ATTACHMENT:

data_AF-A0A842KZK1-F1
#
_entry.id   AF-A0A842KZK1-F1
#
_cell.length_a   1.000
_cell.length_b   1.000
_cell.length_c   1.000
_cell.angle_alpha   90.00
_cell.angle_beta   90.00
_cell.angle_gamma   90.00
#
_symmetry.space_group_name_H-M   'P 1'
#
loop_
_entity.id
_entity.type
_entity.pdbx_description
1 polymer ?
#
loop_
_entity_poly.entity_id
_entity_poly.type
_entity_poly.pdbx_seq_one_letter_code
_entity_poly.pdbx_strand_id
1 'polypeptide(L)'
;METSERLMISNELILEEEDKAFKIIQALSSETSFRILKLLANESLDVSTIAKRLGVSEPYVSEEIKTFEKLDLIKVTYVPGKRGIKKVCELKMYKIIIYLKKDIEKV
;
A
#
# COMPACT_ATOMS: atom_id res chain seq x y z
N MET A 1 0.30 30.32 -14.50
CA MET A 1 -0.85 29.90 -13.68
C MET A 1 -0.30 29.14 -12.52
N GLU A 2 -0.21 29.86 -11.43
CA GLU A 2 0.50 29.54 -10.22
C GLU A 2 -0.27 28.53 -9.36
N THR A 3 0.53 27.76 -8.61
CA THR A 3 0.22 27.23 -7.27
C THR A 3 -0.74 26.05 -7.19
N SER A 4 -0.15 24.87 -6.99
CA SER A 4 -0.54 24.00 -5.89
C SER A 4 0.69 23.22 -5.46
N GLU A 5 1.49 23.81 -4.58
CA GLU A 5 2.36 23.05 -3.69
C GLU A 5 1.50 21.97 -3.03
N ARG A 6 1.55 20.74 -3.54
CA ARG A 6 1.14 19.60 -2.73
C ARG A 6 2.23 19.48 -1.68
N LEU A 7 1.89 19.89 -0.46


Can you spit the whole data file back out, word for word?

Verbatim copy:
data_AF-A0A842KZK1-F1
#
_entry.id   AF-A0A842KZK1-F1
#
_cell.length_a   1.000
_cell.length_b   1.000
_cell.length_c   1.000
_cell.angle_alpha   90.00
_cell.angle_beta   90.00
_cell.angle_gamma   90.00
#
_symmetry.space_group_name_H-M   'P 1'
#
loop_
_entity.id
_entity.type
_entity.pdbx_description
1 polymer ?
#
loop_
_entity_poly.entity_id
_entity_poly.type
_entity_poly.pdbx_seq_one_letter_code
_entity_poly.pdbx_strand_id
1 'polypeptide(L)'
;METSERLMISNELILEEEDKAFKIIQALSSETSFRILKLLANESLDVSTIAKRLGVSEPYVSEEIKTFEKLDLIKVTYVPGKRGIKKVCELKMYKIIIYLKKDIEKV
;
A
#
# COMPACT_ATOMS: atom_id res chain seq x y z
N MET A 1 0.30 30.32 -14.50
CA MET A 1 -0.85 29.90 -13.68
C MET A 1 -0.30 29.14 -12.52
N GLU A 2 -0.21 29.86 -11.43
CA GLU A 2 0.50 29.54 -10.22
C GLU A 2 -0.27 28.53 -9.36
N THR A 3 0.53 27.76 -8.61
CA THR A 3 0.22 27.23 -7.27
C THR A 3 -0.74 26.05 -7.19
N SER A 4 -0.15 24.87 -6.99
CA SER A 4 -0.54 24.00 -5.89
C SER A 4 0.69 23.22 -5.46
N GLU A 5 1.49 23.81 -4.58
CA GLU A 5 2.36 23.05 -3.69
C GLU A 5 1.50 21.97 -3.03
N ARG A 6 1.55 20.74 -3.54
CA ARG A 6 1.14 19.60 -2.73
C ARG A 6 2.23 19.48 -1.68
N LEU A 7 1.89 19.89 -0.46